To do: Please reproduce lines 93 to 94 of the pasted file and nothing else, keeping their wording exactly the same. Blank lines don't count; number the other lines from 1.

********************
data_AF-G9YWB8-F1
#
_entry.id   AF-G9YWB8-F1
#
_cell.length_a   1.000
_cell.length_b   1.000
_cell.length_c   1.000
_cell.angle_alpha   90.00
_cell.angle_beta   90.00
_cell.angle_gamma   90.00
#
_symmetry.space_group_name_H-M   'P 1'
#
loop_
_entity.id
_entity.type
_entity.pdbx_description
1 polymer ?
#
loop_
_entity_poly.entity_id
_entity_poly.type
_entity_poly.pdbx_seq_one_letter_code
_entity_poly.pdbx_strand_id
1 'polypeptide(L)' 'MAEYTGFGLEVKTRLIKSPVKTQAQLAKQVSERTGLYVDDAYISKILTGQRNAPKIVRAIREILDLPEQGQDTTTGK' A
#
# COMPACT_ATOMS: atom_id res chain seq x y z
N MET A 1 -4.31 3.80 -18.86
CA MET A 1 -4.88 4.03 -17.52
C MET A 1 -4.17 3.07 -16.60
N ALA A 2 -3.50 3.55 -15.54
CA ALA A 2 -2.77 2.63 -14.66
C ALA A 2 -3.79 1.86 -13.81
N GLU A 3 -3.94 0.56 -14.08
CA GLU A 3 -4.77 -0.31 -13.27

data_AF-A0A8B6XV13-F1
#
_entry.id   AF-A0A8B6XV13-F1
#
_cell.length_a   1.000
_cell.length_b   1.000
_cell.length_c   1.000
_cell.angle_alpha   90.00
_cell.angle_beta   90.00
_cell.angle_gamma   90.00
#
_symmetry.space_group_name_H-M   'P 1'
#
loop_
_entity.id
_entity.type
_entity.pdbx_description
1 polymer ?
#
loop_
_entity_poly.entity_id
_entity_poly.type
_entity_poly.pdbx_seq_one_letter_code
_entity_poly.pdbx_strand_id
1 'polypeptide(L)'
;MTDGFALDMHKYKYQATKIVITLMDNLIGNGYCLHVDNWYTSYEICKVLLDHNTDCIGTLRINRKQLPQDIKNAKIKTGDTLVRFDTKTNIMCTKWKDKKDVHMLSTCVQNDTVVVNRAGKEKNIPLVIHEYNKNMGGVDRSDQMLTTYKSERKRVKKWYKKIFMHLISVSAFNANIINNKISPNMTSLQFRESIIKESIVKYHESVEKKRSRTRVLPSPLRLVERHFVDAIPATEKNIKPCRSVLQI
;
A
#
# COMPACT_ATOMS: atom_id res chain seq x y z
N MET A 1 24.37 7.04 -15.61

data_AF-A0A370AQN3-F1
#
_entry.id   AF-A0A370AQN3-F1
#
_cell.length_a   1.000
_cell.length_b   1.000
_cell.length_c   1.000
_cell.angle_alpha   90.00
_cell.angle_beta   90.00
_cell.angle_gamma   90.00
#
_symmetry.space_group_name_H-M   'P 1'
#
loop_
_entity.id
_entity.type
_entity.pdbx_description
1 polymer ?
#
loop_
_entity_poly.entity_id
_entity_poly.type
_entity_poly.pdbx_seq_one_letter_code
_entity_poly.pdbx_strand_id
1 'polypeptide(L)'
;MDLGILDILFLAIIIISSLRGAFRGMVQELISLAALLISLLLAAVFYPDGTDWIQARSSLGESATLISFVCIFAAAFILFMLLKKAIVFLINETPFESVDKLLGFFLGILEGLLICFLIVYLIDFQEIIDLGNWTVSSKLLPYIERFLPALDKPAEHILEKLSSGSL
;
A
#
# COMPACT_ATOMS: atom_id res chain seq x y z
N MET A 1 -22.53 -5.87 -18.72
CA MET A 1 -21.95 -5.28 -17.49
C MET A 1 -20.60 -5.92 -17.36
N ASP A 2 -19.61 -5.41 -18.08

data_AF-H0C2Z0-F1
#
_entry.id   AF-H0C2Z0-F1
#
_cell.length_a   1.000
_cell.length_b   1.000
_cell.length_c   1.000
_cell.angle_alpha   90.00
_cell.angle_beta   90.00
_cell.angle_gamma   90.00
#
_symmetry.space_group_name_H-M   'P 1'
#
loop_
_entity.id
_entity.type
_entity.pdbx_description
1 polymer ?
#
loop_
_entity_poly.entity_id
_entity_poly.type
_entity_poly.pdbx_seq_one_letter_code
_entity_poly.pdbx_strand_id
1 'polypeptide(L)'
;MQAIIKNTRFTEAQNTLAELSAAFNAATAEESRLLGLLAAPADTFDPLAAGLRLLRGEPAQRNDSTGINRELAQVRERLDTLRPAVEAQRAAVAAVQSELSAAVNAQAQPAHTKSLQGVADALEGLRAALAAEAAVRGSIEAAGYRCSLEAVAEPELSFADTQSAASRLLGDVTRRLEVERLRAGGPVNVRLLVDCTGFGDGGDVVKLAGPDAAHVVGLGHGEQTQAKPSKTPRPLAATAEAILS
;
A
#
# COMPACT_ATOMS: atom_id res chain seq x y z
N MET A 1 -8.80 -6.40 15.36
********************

;
A